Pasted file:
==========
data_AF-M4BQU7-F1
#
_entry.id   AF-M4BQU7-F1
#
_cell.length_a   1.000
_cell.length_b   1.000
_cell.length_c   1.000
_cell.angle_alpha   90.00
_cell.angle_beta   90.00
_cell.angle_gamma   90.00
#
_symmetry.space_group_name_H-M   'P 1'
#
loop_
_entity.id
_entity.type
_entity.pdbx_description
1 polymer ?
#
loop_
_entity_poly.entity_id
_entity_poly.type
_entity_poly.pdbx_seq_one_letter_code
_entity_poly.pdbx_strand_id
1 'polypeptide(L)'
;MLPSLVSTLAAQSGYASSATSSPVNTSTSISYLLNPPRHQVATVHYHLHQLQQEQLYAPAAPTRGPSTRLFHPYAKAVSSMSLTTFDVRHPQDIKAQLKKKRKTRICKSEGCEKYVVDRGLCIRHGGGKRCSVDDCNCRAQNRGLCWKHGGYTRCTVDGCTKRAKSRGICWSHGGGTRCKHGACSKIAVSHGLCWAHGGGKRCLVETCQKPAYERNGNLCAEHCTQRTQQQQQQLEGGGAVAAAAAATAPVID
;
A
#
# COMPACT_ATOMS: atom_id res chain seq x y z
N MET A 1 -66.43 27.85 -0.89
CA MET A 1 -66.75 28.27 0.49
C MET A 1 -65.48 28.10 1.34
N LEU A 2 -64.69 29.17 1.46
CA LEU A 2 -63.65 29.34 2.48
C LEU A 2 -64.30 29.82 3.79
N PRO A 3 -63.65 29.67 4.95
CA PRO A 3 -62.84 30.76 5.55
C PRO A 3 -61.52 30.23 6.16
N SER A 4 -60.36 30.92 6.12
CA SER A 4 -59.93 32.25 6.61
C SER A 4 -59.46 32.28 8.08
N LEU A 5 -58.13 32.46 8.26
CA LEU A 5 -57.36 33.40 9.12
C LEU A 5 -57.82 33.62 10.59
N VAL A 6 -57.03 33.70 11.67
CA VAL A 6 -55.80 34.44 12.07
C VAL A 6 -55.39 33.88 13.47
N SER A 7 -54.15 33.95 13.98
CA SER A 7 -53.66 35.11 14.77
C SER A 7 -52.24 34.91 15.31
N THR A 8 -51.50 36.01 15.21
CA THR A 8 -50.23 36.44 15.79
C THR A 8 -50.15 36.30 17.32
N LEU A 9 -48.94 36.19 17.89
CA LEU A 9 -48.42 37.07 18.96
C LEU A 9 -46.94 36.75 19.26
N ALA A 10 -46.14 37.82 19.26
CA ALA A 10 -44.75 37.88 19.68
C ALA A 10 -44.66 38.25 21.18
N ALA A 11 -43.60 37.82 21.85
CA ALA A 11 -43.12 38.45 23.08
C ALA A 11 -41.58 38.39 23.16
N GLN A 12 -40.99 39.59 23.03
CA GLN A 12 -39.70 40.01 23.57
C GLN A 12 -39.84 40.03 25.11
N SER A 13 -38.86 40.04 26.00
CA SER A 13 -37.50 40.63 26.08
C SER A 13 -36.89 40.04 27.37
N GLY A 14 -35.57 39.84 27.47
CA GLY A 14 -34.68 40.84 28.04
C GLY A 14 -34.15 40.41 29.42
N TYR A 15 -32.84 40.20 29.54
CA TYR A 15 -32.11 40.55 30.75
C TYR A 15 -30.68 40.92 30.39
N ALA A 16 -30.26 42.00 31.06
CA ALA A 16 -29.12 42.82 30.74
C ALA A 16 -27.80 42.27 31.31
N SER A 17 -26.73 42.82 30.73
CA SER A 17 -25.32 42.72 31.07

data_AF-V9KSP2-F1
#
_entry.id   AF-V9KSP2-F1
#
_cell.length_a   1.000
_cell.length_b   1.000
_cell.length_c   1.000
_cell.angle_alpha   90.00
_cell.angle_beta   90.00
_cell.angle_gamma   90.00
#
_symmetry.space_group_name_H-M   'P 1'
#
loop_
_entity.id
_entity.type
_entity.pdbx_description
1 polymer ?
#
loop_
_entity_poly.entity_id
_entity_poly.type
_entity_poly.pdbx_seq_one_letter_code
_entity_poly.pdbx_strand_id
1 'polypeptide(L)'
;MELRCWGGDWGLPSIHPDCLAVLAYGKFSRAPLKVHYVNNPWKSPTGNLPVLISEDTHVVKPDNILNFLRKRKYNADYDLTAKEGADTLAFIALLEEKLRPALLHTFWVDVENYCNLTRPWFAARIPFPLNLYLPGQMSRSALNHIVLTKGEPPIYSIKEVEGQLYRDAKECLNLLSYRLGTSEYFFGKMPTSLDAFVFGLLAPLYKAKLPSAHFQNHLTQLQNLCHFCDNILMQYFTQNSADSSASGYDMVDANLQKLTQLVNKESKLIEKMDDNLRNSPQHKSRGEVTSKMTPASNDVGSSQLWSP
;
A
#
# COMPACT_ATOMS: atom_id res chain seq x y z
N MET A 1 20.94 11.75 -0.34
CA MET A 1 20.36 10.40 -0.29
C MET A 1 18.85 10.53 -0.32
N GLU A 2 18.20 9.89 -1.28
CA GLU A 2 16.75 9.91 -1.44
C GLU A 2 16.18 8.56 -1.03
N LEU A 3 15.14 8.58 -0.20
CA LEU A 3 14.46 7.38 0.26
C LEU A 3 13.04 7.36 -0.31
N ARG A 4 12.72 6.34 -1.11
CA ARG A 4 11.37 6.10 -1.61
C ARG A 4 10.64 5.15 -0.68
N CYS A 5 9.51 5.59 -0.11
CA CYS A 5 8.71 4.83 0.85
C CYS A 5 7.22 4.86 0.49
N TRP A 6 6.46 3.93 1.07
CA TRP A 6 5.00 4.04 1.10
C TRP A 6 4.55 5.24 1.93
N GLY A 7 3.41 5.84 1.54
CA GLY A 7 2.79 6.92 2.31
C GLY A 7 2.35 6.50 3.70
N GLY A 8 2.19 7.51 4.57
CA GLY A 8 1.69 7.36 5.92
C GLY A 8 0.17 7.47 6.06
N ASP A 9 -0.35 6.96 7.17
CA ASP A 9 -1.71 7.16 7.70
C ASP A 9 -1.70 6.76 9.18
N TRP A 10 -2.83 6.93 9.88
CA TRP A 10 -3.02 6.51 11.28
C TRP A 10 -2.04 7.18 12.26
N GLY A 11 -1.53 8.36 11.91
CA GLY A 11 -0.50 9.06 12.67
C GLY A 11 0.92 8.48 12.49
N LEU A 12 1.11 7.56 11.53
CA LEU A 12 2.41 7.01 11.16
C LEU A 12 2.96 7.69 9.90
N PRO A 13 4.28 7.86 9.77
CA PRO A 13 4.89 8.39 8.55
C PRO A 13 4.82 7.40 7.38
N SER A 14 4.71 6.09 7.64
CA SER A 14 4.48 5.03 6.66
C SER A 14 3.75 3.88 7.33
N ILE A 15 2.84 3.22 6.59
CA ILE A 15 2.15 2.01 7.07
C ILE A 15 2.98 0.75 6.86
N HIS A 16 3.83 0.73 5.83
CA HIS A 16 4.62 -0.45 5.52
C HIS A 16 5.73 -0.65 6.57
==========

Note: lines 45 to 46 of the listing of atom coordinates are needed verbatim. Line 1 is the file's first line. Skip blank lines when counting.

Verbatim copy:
C LEU A 5 -57.82 33.62 10.59
N VAL A 6 -57.03 33.70 11.67